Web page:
After choosing the J.P. Morgan business model, the merger integration team began selecting personnel to fill various positions within the new company. (Id. ¶ 34.) Since the J.P. Morgan Emerging Markets portfolio was so much larger than its Chase equivalent, the integration team decided that the current J.P. Morgan personnel could take on all of Chase's business, and require only a few Chase employees to manage the increased workload. (Id. ¶ 39.) The result was that the merger heavily favored J.P. Morgan employees over Chase employees in almost all positions at JPMC. (Id. ¶¶ 74-77.) Most notably, all twenty-one J.P. Morgan APMs were retained as JPMC APMs, while only three of the twenty-six Chase PMs were retained. (Id. ¶¶ 70-71.) The three Chase PMs offered APM positions were ages 47, 45, and 33 at the time they were offered those positions. (Id. ¶ 78.) Only three Chase PMs, including plaintiff, were offered CPM positions at JPMC. (Id. ¶ 72.) The two individuals other than plaintiff were under forty years-old. (Id.) In choosing new APMs, the integration team had direct supervisors in each company interview and rank their respective employees. (Id. ¶¶ 36-37.) One of the most highly ranked people for the JPMC Emerging Markets APM position was J.P. Morgan's Emerging Markets APM, Paul Dickson ("Dickson"). (Id. ¶ 43.) Dickson had a Bachelor of Arts degree in International Affairs from George Washington University, and Master of Arts degrees in both Economics and International Relations from Johns Hopkins University. (Id. ¶¶ 45-46.) Prior to joining J.P. Morgan, Dickson had worked as a Senior Emerging Markets Strategist for Lehman Brothers, and also as an Economist in Emerging Markets Research for Chase Securities. (Id. ¶¶ 49-50.) In his capacity as APM at J.P. Morgan, Dickson managed over $5 billion in assets. (Id. ¶ 39.) Dickson was chosen for the Emerging Markets APM position at JPMC, and Blessing was not. (Id. at ¶ 59.) However, Blessing was not considered for Dickson's position under the merger integration team's method used to fill the other positions. Instead, Dickson's supervisor, Michael Cembalest, unilaterally chose to keep Dickson in the APM position. (Susswein Aff. Ex. 14 at 61.) At the time of the merger, Dickson was 35 years old and Blessing was 43 years old. (Id. ¶¶ 1, 21, 55.)

  C. Severance Benefits

  One the benefits that Chase offered its employees at the time Blessing joined the company in 1996 was severance pay. (Affidavit of Melissa R. Gold, Dec. 17, 2004, ("Gold Aff.") Ex. K at JPMC 000316.) According to Article III, section 3.1 of the Chase Severance Pay Policy, a person is eligible for severance pay if that "individual's employment is involuntarily terminated with an Employer because of . . . an elimination or re-assignment of the job position or functions held or performed by the Employee." (Id. Ex. K at JPMC 000325.) However, under section 3.2, the policy also states that an employee is ineligible for severance pay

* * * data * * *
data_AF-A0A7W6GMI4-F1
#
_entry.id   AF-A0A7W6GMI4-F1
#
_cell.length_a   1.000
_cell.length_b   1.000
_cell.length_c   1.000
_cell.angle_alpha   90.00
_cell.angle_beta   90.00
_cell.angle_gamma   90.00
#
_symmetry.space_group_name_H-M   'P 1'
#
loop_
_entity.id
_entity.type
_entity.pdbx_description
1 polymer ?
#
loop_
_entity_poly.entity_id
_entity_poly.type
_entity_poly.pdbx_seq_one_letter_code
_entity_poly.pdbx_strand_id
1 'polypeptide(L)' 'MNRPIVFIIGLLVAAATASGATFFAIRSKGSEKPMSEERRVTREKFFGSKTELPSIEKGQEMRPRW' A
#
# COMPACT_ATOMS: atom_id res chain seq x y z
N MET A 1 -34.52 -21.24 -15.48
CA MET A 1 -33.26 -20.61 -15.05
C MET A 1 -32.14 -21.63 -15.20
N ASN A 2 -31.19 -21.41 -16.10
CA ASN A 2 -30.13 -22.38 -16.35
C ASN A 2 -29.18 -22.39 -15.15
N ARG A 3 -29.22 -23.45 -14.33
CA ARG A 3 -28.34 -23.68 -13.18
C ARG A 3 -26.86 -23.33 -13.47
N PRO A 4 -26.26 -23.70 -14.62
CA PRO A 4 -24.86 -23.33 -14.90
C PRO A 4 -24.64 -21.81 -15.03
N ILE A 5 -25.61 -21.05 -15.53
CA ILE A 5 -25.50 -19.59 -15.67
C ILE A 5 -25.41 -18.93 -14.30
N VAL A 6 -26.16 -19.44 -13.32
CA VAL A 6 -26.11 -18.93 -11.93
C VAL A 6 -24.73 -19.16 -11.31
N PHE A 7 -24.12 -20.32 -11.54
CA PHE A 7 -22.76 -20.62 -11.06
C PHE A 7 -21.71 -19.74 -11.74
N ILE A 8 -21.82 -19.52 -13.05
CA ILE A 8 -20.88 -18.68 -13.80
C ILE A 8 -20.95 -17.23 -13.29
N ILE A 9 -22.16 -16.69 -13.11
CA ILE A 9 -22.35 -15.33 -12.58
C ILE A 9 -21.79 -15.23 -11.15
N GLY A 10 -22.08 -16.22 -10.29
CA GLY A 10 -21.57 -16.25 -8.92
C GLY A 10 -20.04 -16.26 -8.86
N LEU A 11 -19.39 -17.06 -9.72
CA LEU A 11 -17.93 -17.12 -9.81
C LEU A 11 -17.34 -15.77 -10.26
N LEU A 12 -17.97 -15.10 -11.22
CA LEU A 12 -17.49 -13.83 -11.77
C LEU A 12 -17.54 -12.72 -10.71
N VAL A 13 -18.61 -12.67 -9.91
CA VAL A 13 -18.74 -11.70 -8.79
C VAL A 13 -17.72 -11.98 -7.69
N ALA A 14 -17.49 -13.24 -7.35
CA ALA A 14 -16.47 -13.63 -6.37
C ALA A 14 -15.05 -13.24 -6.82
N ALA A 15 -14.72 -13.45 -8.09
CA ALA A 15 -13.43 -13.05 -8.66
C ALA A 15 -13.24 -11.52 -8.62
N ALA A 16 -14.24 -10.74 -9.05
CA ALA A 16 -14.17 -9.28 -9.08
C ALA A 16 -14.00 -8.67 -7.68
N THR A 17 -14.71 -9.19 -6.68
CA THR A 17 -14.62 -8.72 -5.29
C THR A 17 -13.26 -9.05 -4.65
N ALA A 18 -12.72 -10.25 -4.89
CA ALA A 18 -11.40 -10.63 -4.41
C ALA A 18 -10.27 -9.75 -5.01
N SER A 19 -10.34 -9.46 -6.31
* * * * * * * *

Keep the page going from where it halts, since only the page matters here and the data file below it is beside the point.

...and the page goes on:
if the [Plan] Administrator (or his or her delegates), in his or her sole discretion, determines that such Employee (i) has been offered another position or reassigned to perform other functions (whether or not such position or reassignment is accepted or comparable to the current position) by any [entity] with whom [Chase] has made arrangements for the employment of the Employee. . . .
(Id. Ex. K at JPMC 000326.)

  The integration team eliminated Blessing's position when it adopted the J.P. Morgan business model. Therefore, Blessing would have been eligible for severance benefits under section 3.1 of the Severance Pay Policy. However, JPMC argues that Blessing became ineligible for severance benefits under section 3.2 when they offered him the CPM position. (Defs. Supp. Mem. at 20.)

  In January of 2001, Blessing learned that he was being considered for the CPM position, and told his supervisor, Timothy Neumann ("Neumann"), that he was not interested in that position. (Defs. 56.1 Stmt. ¶ 83.) After Neumann spoke to another supervisor, Mark Smith ("Smith"), about Blessing's response, Smith contacted Blessing to discuss the CPM position. (Id. ¶ 85.) Blessing reiterated to Smith that he was not interested in the CPM position. (Id. ¶ 86.) Nevertheless, the merger integration team ultimately decided that Blessing was the best candidate for the CPM position. (Id. ¶¶ 94-95.) In January of 2001, Gilbert Van Hassel, "head of fixed income globally for investment management," (Susswein Aff. Ex. 16 at 13), instructed Neumann to offer Blessing the CPM position in the hope that Blessing would accept that offer. (Id. ¶¶ 94-95.) Neumann subsequently offered Blessing the position. (Id.)

  During the same time period, Blessing contacted James Casey, Chase's Human Resources representative, and requested an investigation to determine whether his former PM role and the CPM position were "comparable." (Id. ¶ 99.) Kimberly McGuire, an Employee Relations specialist in Human Resources, performed the investigation and concluded that the positions were comparable. (See id. ¶ 103.) Casey notified Blessing of that determination via email. (Gold Aff. Ex. O.) Casey also notified Blessing that his failure to accept the CPM position would result in a termination without severance benefits. ...